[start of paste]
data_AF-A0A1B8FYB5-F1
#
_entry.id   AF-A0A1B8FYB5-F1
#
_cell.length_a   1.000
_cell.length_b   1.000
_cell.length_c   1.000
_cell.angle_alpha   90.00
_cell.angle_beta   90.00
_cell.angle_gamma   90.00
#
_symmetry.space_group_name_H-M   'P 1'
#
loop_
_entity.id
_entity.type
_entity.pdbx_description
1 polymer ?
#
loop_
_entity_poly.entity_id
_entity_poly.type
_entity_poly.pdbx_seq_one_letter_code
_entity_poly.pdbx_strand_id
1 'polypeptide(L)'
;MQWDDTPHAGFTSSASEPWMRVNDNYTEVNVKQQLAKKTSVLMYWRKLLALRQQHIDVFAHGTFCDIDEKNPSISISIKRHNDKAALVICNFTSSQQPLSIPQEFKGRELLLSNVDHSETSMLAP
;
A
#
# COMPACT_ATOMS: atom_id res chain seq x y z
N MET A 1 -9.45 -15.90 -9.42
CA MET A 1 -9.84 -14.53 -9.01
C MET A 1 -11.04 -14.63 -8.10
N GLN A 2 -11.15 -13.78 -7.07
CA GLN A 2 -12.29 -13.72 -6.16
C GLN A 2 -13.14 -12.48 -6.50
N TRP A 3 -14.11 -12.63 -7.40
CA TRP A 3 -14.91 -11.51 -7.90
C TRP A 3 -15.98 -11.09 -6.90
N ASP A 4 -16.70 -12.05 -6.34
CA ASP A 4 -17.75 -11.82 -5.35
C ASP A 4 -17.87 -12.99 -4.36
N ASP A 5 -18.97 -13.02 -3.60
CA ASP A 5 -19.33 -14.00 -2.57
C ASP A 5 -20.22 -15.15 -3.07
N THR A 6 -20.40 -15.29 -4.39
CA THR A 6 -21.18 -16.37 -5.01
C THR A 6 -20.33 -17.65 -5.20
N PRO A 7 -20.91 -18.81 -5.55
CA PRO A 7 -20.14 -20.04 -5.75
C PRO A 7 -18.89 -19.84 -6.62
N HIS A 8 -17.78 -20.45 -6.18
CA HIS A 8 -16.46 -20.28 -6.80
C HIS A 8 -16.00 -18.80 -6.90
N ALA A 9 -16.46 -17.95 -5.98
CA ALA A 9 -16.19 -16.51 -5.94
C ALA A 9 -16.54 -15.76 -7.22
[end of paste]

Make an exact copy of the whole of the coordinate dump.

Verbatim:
data_AF-A0A1B8FYB5-F1
#
_entry.id   AF-A0A1B8FYB5-F1
#
_cell.length_a   1.000
_cell.length_b   1.000
_cell.length_c   1.000
_cell.angle_alpha   90.00
_cell.angle_beta   90.00
_cell.angle_gamma   90.00
#
_symmetry.space_group_name_H-M   'P 1'
#
loop_
_entity.id
_entity.type
_entity.pdbx_description
1 polymer ?
#
loop_
_entity_poly.entity_id
_entity_poly.type
_entity_poly.pdbx_seq_one_letter_code
_entity_poly.pdbx_strand_id
1 'polypeptide(L)'
;MQWDDTPHAGFTSSASEPWMRVNDNYTEVNVKQQLAKKTSVLMYWRKLLALRQQHIDVFAHGTFCDIDEKNPSISISIKRHNDKAALVICNFTSSQQPLSIPQEFKGRELLLSNVDHSETSMLAP
;
A
#
# COMPACT_ATOMS: atom_id res chain seq x y z
N MET A 1 -9.45 -15.90 -9.42
CA MET A 1 -9.84 -14.53 -9.01
C MET A 1 -11.04 -14.63 -8.10
N GLN A 2 -11.15 -13.78 -7.07
CA GLN A 2 -12.29 -13.72 -6.16
C GLN A 2 -13.14 -12.48 -6.50
N TRP A 3 -14.11 -12.63 -7.40
CA TRP A 3 -14.91 -11.51 -7.90
C TRP A 3 -15.98 -11.09 -6.90
N ASP A 4 -16.70 -12.05 -6.34
CA ASP A 4 -17.75 -11.82 -5.35
C ASP A 4 -17.87 -12.99 -4.36
N ASP A 5 -18.97 -13.02 -3.60
CA ASP A 5 -19.33 -14.00 -2.57
C ASP A 5 -20.22 -15.15 -3.07
N THR A 6 -20.40 -15.29 -4.39
CA THR A 6 -21.18 -16.37 -5.01
C THR A 6 -20.33 -17.65 -5.20
N PRO A 7 -20.91 -18.81 -5.55
CA PRO A 7 -20.14 -20.04 -5.75
C PRO A 7 -18.89 -19.84 -6.62
N HIS A 8 -17.78 -20.45 -6.18
CA HIS A 8 -16.46 -20.28 -6.80
C HIS A 8 -16.00 -18.80 -6.90
N ALA A 9 -16.46 -17.95 -5.98
CA ALA A 9 -16.19 -16.51 -5.94
C ALA A 9 -16.54 -15.76 -7.22